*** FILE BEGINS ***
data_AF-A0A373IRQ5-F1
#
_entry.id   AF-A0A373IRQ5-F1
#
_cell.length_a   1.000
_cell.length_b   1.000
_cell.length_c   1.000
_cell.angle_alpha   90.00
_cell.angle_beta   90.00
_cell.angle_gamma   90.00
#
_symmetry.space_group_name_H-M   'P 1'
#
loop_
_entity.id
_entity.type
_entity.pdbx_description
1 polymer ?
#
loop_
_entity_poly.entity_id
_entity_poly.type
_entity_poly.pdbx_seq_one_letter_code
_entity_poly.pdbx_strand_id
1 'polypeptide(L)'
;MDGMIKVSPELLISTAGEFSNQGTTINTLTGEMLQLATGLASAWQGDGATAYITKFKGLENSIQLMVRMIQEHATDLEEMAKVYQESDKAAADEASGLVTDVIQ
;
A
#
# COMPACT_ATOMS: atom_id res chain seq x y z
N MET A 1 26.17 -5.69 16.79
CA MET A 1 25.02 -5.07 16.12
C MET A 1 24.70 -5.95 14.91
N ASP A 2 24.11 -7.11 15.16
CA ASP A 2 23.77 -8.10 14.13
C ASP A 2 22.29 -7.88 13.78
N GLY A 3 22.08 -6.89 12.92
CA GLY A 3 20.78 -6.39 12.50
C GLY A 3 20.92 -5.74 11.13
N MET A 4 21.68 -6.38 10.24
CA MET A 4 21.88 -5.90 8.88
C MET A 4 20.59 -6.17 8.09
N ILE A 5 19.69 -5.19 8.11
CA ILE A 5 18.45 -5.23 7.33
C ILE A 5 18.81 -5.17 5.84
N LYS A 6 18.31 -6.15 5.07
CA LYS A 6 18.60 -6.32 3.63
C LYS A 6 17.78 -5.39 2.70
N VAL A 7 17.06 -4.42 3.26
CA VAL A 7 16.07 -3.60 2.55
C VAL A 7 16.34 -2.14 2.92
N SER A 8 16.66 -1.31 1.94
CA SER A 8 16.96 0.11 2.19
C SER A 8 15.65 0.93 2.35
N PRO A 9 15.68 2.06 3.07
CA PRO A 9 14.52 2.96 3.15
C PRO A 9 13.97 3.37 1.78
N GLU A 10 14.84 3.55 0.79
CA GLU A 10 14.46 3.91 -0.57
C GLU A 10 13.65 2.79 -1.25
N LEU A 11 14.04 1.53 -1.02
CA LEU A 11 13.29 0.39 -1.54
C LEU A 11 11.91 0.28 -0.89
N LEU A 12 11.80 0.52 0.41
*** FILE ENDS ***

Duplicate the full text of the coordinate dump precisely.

data_AF-A0A373IRQ5-F1
#
_entry.id   AF-A0A373IRQ5-F1
#
_cell.length_a   1.000
_cell.length_b   1.000
_cell.length_c   1.000
_cell.angle_alpha   90.00
_cell.angle_beta   90.00
_cell.angle_gamma   90.00
#
_symmetry.space_group_name_H-M   'P 1'
#
loop_
_entity.id
_entity.type
_entity.pdbx_description
1 polymer ?
#
loop_
_entity_poly.entity_id
_entity_poly.type
_entity_poly.pdbx_seq_one_letter_code
_entity_poly.pdbx_strand_id
1 'polypeptide(L)'
;MDGMIKVSPELLISTAGEFSNQGTTINTLTGEMLQLATGLASAWQGDGATAYITKFKGLENSIQLMVRMIQEHATDLEEMAKVYQESDKAAADEASGLVTDVIQ
;
A
#
# COMPACT_ATOMS: atom_id res chain seq x y z
N MET A 1 26.17 -5.69 16.79
CA MET A 1 25.02 -5.07 16.12
C MET A 1 24.70 -5.95 14.91
N ASP A 2 24.11 -7.11 15.16
CA ASP A 2 23.77 -8.10 14.13
C ASP A 2 22.29 -7.88 13.78
N GLY A 3 22.08 -6.89 12.92
CA GLY A 3 20.78 -6.39 12.50
C GLY A 3 20.92 -5.74 11.13
N MET A 4 21.68 -6.38 10.24
CA MET A 4 21.88 -5.90 8.88
C MET A 4 20.59 -6.17 8.09
N ILE A 5 19.69 -5.19 8.11
CA ILE A 5 18.45 -5.23 7.33
C ILE A 5 18.81 -5.17 5.84
N LYS A 6 18.31 -6.15 5.07
CA LYS A 6 18.60 -6.32 3.63
C LYS A 6 17.78 -5.39 2.70
N VAL A 7 17.06 -4.42 3.26
CA VAL A 7 16.07 -3.60 2.55
C VAL A 7 16.34 -2.14 2.92
N SER A 8 16.66 -1.31 1.94
CA SER A 8 16.96 0.11 2.19
C SER A 8 15.65 0.93 2.35
N PRO A 9 15.68 2.06 3.07
CA PRO A 9 14.52 2.96 3.15
C PRO A 9 13.97 3.37 1.78
N GLU A 10 14.84 3.55 0.79
CA GLU A 10 14.46 3.91 -0.57
C GLU A 10 13.65 2.79 -1.25
N LEU A 11 14.04 1.53 -1.02
CA LEU A 11 13.29 0.39 -1.54
C LEU A 11 11.91 0.28 -0.89
N LEU A 12 11.80 0.52 0.41